Rocket Lab, a US-based company launched out of New Zealand, is trying to figure out a way to recover its rocket boosters roll towards Earth after launch. In 2022, the company made two attempts to deploy a helicopter with a hook attached. The wild spectacle is part of Rocket Lab’s plans to save money by recovering and reusing rocket parts after they fly satellites into space.
The first attempt in May seemed to go as planned when the helicopter hit the booster. But the pilots made the decision to abandon the rocket part due to safety concerns.
On the second attempt, the rocket never surfaced, and the pilots assured the booster would not return to the factory dry. In a tweet, the company mentioned there It was Data loss problem during missile re-entry.
NASA flew its first virtual assistant on a lunar mission with the space agency’s historic Artemis I flight A copy of Amazon’s Alexa.
While it’s not exactly reminiscent of HAL 9000, the antagonistic voice assistant in “2001: A Space Odyssey,” the decision made a lot of noise. superficial comparisons.
The Artemis I mission was unmanned, but NASA ground control teams used the voice assistant, called Callisto, to control the cabin lighting and play music during the flight. She didn’t have the power to open or close the doors, for the record.
Artemis I was just a test mission, and NASA is still evaluating how to include the voice recognition system in future missions.
Japanese fashion mogul Yusaku Maezawa has picked out eight passengers who he says will join him on a trip around the moon, powered by a yet-to-be-launched SpaceX spacecraft. The group includes American DJ Steve Aoki and popular space YouTuber Tim Dodd, better known as the Everyday Astronaut.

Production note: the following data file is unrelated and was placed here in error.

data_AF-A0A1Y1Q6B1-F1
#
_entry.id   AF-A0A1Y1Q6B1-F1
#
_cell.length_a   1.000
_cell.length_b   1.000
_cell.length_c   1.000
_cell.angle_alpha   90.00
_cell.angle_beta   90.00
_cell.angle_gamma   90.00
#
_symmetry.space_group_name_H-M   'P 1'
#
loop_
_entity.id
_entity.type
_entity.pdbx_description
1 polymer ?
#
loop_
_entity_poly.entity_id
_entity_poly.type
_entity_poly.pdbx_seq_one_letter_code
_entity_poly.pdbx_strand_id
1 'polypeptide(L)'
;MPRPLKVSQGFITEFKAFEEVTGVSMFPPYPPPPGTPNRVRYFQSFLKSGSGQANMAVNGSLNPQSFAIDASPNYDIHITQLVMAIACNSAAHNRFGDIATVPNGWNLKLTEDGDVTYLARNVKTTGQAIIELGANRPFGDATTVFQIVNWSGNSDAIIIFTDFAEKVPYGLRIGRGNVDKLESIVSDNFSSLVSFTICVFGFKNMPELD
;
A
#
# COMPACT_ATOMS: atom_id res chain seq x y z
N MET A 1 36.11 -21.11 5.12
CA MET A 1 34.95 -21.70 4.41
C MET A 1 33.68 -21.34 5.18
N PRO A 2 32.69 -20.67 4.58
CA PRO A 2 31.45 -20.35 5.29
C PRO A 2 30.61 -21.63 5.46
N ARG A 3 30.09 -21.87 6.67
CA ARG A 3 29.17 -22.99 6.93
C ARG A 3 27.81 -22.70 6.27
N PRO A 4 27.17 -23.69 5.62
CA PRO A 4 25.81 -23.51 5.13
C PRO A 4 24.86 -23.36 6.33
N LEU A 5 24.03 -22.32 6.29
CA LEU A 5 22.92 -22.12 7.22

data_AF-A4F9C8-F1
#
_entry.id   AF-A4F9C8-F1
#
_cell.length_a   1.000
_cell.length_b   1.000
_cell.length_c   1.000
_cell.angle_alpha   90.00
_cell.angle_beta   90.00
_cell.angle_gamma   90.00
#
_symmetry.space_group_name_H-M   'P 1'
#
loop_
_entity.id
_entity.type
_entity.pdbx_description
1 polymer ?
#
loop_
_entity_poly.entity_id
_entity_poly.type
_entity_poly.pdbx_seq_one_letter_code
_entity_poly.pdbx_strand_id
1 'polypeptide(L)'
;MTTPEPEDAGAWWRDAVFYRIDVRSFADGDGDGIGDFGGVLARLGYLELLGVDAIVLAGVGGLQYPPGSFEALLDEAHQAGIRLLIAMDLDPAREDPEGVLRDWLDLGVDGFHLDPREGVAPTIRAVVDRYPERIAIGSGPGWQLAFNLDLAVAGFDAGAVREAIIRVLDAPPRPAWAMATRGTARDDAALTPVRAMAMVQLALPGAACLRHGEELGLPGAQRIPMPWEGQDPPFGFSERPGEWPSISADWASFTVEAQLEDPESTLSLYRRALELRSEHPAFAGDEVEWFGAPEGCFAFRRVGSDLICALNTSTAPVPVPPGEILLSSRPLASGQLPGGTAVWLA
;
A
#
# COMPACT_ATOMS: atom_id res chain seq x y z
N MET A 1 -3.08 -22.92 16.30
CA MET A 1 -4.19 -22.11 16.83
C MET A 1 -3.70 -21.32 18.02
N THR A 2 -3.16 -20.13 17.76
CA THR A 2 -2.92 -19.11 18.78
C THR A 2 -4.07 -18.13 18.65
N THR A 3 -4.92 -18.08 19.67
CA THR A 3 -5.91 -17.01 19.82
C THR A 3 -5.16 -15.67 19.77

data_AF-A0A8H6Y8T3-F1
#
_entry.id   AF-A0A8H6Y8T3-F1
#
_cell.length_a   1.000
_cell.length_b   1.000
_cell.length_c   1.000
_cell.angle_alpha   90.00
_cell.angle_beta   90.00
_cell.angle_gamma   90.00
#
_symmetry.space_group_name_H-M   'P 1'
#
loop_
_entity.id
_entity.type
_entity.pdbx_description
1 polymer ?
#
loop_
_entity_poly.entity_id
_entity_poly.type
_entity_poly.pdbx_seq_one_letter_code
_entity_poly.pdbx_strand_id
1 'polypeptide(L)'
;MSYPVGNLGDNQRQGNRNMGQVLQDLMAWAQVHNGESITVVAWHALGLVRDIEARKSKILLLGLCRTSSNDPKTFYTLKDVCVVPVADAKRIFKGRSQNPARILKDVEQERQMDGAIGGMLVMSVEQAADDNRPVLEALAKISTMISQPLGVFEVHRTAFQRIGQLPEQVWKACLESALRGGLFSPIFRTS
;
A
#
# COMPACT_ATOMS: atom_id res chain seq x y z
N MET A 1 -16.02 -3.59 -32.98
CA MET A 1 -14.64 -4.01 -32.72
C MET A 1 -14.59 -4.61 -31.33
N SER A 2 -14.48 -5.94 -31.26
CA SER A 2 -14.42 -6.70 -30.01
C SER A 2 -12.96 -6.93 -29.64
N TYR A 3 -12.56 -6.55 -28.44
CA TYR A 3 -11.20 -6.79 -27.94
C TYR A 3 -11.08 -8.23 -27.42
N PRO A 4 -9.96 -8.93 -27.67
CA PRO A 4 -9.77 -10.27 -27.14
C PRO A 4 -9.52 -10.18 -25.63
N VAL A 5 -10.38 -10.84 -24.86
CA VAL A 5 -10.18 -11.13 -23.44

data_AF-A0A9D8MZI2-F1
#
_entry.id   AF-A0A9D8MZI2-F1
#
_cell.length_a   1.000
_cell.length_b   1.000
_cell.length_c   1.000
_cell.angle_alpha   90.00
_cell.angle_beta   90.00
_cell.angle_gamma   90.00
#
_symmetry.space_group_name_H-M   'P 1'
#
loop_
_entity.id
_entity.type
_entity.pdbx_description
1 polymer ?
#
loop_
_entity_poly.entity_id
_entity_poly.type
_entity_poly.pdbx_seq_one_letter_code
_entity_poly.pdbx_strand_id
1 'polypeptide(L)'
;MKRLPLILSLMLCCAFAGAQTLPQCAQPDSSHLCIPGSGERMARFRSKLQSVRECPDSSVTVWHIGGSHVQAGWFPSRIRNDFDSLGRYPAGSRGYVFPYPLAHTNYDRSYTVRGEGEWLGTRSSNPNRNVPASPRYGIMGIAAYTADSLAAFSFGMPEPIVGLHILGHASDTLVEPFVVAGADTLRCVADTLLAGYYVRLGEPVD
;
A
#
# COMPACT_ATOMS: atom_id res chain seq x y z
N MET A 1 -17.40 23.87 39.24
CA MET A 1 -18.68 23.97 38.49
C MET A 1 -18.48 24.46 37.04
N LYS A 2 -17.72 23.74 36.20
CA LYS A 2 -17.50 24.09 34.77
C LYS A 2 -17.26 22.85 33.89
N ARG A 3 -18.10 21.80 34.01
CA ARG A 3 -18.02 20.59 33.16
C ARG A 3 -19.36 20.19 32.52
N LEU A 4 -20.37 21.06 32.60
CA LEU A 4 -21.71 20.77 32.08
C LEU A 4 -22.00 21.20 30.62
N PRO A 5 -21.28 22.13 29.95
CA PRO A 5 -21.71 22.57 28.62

The mission, called Dear Moon, was first announced in 2018 with the goal of flying by 2023. Maezawa initially intended to take a group of artists with him on a six-day trip around the moon, but later announced that he had expanded his definition of an “artist”. Instead, Maezawa announced in a video last year that he would be open to people from all walks of life as long as they consider themselves artists.
Separately, millionaire Dennis Tito — who became the first person to make his way to the International Space Station in the early 2000s — made his own travel plans to the Moon with SpaceX.
Pieces of space debris have been found on farmland in the Snowy Mountains of Australia, and NASA and authorities have confirmed that the objects were likely. Scraps of hardware from the SpaceX Dragon capsule were intentionally discarded when the spacecraft re-entered Earth’s atmosphere in May 2021.
It is common for space debris to fall to Earth. But it is not uncommon for things to end on earth Ago Most space trash is dumped into the ocean.
Perhaps among the most unique space startups in the world, SpinLaunch aims to move satellites around in an airtight room. and throwing it into space instead of putting it on a rocket.
The company started testing a scaled-down version of its technology last year, but things have escalated in 2022. SpinLaunch achieved its tenth test flight in October.
There is a connection to science fiction as well. SpinLaunch founder Jonathan Yanni cites the work of Jules Verne – the writer of “Journey to the Center of the Earth” who died more than 50 years ago Before the first satellite went into space – as the inspiration for SpinLaunch.
It is not clear if the company’s technology will pay off. But in the meantime, this group will be in the New Mexico desert Trying to revive art.
If it wasn’t surreal enough to watch Amazon billionaire Jeff Bezos and other celebrities Traveling into space on his self-funded suborbital rocket last year, where he heard the rocket explode just over a year later over West Texas—albeit on a flight without any passengers—was a harrowing moment that brought home the adage “space is hard.” However, the crew capsule, which was carrying scientific projects and other non-live payloads on Sept. 12 to land successfully.
“The capsule landed safely and the vehicle impacted within the designated danger zone,” the FAA said in a statement in September. Bezos’ Blue Origin has been in limbo since then and has not returned to the flight.
And with Richard Branson’s Virgin Galactic still on Earth, neither of the two companies that led suborbital space tourism last year made routine flights.